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Academy Museum To Make Changes To Hollywoodland Exhibit Following Backlash From Jewish Industry Figures



The Academy Museum of Motion Pictures is addressing backlash from Hollywood Jewish figures over an exhibit celebrating Hollywood’s Jewish roots.

“We have heard the concerns from members of the Jewish community regarding some components of our exhibition Hollywoodland: Jewish Founders and the Making of a Movie Capital,” the Academy Museum said in a statement. “We take these concerns seriously and are committed to making changes to the exhibition to address them.”

The museum said the first set of changes would be implemented “immediately,” adding, “They will allow us to tell these important stories without using phrasing that may unintentionally reinforce stereotypes. This will also help to eliminate any ambiguities.”

United Jewish Writers organized an open letter addressed to the museum expressing their “extreme disappointment” and “frustration” with the exhibit. The exhibit had words printed on the wall including, “tyrant,” “oppressive,” “womanizer,” “predator,” “offensive,” “racial oppression,” “nepotism,” and “prejudices.”

“It is the only section of the museum that vilifies those it purports to celebrate,” read the letter. “While we acknowledge the value in confronting Hollywood’s problematic past, the despicable double standard of the Jewish Founders exhibit, blaming only the Jews for that problematic past, is unacceptable and, whether intentional or not, antisemitic.”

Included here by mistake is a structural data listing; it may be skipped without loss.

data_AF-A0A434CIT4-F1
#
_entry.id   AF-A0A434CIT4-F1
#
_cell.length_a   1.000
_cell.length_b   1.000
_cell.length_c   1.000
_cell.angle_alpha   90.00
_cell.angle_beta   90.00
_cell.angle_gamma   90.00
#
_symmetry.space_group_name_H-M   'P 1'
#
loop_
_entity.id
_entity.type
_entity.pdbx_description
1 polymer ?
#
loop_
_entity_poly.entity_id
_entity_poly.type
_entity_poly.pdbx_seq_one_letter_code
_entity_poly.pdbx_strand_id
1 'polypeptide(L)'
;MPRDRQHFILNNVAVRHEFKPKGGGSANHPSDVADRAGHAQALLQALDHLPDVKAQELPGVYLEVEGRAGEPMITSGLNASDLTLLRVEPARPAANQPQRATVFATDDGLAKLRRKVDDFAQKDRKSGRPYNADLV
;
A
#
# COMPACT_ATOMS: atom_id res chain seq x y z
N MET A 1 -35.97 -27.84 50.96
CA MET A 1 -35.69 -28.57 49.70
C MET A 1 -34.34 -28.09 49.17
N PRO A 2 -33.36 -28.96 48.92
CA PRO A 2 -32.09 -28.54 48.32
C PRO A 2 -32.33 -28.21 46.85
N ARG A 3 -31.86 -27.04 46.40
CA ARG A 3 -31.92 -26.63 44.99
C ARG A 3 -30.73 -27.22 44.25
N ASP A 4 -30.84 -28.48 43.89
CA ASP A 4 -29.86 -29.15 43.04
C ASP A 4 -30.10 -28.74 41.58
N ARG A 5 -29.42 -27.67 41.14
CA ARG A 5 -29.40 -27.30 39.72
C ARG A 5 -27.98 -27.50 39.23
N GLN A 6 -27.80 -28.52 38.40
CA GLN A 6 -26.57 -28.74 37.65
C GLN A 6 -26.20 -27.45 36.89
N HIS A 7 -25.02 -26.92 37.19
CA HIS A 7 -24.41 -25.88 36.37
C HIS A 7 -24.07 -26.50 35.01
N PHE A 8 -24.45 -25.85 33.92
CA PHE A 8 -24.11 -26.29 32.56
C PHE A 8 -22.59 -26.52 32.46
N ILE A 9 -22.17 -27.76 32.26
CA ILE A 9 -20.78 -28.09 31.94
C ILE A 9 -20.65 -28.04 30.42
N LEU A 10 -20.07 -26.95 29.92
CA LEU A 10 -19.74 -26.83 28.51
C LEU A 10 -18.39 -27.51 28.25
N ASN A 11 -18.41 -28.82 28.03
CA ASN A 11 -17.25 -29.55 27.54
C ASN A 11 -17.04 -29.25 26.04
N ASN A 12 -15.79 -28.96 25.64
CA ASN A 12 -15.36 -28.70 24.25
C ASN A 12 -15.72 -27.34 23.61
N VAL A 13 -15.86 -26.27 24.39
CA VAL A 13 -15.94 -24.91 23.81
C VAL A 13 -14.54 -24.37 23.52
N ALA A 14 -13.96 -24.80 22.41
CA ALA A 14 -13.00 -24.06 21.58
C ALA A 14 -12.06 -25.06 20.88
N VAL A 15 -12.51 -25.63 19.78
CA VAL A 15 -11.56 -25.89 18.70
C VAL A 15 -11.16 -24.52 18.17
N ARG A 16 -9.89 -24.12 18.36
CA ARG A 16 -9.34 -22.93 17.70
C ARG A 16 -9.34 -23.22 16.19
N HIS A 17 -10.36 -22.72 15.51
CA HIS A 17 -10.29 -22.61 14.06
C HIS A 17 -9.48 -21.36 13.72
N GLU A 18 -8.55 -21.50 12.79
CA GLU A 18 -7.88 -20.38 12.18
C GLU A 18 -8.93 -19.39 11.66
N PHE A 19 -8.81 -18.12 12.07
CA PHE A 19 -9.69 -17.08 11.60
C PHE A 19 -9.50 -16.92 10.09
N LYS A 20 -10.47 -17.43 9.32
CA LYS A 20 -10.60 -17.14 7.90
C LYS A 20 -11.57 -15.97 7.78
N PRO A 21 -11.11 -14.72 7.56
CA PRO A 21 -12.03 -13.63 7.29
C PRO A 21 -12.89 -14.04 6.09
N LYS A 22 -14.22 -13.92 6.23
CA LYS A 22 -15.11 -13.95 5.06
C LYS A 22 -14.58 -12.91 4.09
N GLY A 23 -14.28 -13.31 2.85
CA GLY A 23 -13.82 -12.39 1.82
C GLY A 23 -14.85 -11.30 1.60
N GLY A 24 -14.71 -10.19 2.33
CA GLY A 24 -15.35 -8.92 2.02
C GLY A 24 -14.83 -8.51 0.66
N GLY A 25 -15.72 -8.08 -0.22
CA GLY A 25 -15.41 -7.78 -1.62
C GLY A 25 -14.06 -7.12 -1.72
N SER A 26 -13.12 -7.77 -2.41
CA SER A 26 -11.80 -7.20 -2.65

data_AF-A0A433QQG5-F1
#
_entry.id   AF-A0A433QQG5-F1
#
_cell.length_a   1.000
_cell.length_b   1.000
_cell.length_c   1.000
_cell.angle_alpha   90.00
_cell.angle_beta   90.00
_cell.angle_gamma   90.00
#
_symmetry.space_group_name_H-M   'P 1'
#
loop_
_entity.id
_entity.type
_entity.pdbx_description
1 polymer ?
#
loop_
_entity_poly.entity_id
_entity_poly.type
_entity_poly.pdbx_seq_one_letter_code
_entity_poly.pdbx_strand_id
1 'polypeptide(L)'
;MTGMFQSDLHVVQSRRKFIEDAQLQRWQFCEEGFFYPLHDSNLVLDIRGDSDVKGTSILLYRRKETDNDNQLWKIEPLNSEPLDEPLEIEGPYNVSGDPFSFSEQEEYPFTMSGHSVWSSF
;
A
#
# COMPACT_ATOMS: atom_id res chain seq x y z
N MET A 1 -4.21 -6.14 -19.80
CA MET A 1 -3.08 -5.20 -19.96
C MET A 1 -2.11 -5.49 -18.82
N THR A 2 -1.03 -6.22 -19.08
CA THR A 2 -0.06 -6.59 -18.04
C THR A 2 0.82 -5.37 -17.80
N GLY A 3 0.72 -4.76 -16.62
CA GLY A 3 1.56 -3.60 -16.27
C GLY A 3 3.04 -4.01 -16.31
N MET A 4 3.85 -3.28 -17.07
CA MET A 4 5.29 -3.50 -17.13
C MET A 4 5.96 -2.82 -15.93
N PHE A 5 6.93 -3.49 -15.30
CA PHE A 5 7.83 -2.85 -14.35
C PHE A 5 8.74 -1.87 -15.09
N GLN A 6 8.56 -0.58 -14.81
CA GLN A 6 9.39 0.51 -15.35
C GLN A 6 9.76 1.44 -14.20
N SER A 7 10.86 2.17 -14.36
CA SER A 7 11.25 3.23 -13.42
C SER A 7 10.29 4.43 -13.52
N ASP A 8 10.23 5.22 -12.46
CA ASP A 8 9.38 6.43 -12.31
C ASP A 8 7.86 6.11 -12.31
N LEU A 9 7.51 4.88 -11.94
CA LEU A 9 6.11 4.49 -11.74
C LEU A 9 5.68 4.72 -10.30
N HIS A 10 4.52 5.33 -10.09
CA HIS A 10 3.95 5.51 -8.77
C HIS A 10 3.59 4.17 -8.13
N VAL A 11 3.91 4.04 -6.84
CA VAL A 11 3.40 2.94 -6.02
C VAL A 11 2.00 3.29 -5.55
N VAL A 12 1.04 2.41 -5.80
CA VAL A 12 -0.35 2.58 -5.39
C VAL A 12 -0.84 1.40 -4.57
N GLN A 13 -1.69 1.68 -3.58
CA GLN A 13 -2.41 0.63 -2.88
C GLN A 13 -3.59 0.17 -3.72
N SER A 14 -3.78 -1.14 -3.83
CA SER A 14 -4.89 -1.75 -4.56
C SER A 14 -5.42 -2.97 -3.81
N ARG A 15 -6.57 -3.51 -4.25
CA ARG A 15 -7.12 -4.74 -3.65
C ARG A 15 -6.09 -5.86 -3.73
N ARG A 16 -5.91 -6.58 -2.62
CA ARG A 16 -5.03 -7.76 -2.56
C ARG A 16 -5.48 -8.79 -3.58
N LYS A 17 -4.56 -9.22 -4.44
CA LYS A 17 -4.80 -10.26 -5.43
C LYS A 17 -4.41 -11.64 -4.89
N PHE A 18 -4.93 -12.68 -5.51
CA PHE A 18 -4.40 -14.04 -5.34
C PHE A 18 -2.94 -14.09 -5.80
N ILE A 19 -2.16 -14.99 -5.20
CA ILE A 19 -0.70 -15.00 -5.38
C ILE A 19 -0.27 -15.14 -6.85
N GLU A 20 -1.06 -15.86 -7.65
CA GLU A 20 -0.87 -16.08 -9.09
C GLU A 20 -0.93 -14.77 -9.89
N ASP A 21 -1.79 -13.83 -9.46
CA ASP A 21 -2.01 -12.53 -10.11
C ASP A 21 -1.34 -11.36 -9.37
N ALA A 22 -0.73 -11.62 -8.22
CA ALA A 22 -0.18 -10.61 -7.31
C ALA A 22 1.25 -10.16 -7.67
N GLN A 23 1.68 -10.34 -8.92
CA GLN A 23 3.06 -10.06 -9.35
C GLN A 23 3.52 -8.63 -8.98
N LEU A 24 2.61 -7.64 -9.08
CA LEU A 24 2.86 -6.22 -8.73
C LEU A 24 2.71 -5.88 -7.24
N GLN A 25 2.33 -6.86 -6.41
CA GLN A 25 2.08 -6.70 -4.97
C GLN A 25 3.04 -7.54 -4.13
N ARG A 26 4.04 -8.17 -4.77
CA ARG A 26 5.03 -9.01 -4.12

The New York Times reported that the letter’s signatories included entertainment executive Casey Wasserman, actor David Schwimmer, and television writer Amy Sherman-Palladino.

Following the outcry, the museum said they “are convening an advisory group of experts from leading museums focused on the Jewish community, civil rights, and the history of other marginalized groups to advise us on complex questions about context and any necessary additions to the exhibition’s narrative.”

“We are deeply committed to telling these important stories in an honest, respectful, and impactful way,” the Academy Museum’s statement concluded.

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